The Alabama-LSU situation from 2011 or Alabama-Auburn situation from 2013

In 2011, Alabama missed four field goals during a 9-6 loss versus LSU. In 2013, A last-second Alabama field goal didn’t go far enough and was caught by Auburn’s Chris Davis, who then returned the now technical punt 100 yards for the game winning touchdown. I can’t think of two other games in College Football history than left viewers staring at the screen more unsure if the better team won the game. With a 4-team playoff, neither loser of those games should get another chance. The 2011 National Championship between two SEC teams was the most pathetic joke I’ve ever seen in sports (How can a team that couldn’t win its own half of its conference deserve to fight to be the best team in the nation over other conference champions?) However, in a 8-team playoff, it’s fair-game and that losing team would still be in. The better team lost on that given day? Prove it in the new bigger playoff.

When a conference champion loses a game because of injury but regains form come playoff time.

This is a specific example, but it is one that affects Ohio State and Arizona State, none-the-less. Ohio State quarterback Braxton Miller was knocked out for the season due to injury 11 days before the season started. Freshman back-up J.T. Barrett came in and looked awful. Ohio State looked sloppy against Navy, then lost against Virginia Tech. Barrett was shaken and couldn’t do anything right. Seven games later into the season and Ohio State is unstoppable and Barrett just dismantled Michigan State, which was statistically one of the best defenses in the nation. OSU also has gained at least 49 points and 533 yards in six of its last seven games Obviously this argument only works for a conference champion, but it is obvious that this is not the same team that lost to Virginia Tech. Because the Virginia Tech loss is the worst out of all of the contenders, this four-team playoff system will leave Ohio State and all of us will miss out on a potentially great team competing for the trophy.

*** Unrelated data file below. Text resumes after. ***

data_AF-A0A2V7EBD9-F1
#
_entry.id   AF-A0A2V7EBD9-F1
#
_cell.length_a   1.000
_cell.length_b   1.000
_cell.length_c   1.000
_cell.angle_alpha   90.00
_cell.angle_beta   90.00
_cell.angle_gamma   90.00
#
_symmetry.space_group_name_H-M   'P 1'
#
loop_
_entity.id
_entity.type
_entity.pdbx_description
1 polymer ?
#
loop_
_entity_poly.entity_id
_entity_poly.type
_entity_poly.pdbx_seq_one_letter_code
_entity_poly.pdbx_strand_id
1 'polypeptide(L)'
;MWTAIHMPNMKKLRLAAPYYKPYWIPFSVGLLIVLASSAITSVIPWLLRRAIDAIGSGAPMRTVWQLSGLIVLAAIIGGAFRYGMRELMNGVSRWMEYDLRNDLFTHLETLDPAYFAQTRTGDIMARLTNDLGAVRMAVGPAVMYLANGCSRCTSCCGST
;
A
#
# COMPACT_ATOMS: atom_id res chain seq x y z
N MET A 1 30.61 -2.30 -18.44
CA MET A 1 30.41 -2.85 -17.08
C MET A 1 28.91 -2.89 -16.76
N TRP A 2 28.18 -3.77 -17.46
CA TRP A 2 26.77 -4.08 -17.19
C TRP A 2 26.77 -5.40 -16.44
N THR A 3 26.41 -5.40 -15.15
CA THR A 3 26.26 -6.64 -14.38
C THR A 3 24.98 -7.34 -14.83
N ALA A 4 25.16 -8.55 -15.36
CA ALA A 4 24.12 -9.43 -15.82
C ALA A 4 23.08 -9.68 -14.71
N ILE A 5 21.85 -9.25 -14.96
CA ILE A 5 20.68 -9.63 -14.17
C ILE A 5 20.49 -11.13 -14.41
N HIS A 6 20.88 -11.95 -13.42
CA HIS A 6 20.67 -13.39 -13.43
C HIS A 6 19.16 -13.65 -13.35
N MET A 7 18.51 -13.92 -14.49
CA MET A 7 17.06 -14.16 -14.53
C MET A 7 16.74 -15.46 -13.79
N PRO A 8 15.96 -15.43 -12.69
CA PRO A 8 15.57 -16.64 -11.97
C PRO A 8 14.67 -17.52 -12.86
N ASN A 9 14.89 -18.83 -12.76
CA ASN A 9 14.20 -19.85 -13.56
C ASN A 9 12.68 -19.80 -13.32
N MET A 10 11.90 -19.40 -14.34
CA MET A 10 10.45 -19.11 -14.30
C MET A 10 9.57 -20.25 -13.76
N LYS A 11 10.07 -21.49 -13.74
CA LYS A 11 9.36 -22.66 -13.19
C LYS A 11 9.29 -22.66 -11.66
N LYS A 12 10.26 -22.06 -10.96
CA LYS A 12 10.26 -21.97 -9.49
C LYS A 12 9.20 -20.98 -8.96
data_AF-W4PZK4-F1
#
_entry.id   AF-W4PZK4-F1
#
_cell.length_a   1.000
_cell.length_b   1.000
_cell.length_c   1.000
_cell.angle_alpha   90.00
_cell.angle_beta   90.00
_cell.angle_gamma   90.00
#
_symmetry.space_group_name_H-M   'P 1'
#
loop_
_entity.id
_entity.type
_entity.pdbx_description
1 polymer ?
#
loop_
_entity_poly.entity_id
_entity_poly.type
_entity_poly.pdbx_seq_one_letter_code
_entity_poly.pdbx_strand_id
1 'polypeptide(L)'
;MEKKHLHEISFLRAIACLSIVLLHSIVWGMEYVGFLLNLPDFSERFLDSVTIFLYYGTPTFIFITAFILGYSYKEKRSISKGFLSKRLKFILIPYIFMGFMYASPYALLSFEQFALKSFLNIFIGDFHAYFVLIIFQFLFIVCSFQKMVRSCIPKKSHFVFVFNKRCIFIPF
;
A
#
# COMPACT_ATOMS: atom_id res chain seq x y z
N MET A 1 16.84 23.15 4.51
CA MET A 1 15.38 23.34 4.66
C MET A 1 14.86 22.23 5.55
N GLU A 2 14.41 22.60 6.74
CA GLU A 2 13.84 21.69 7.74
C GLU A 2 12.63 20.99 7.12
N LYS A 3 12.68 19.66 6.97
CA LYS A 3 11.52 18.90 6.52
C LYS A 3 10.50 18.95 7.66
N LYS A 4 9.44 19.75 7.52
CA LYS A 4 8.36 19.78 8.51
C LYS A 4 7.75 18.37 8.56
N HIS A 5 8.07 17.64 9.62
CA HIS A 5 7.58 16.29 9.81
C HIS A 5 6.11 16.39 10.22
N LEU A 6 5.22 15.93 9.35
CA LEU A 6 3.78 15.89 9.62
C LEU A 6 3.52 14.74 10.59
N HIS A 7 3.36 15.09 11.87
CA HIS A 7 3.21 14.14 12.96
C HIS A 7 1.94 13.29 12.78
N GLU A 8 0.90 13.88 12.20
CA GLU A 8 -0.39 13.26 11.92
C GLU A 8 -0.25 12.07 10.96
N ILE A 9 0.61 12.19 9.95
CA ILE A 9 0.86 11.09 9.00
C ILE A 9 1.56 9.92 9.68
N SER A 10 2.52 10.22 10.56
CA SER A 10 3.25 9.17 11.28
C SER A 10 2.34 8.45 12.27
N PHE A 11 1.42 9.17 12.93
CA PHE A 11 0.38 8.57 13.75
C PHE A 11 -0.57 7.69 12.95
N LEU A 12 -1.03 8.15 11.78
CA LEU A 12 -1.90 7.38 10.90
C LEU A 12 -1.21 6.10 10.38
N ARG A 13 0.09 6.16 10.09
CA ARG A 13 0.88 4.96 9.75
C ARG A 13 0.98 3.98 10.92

Arizona State also fell victim to injury and lost starting quarterback Taylor Kelley for three games. In backup QB Mike Bercovici’s first game, ASU looked awful and turned the ball over four times. UCLA throttled them 62-27 in a game that is hardly representative of the team that just beat No. 10 Notre Dame 55-31.That 35-point loss is going to keep being brought up if ASU wins the Pac 12 and analysts are looking for every reason why certain contenders shouldn’t be in the playoff. Like Ohio State, Arizona State now is not the same team that played in their lone loss.

A four-team playoff is better than the two-team National Championship of last year, but it still isn’t enough. It is better to have all of the real contenders with a couple pretenders, just like the systems of every other major sport. The current system leaves teams that have proved they’re among the nation’s best sitting at home. The sport, the teams, and the fans would all be better off with a playoff that features more than four teams. That’s my opinion.

-Marty F. Nemec

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Will the Ohio State Buckeyes Go Undefeated in 2013? (PODCAST)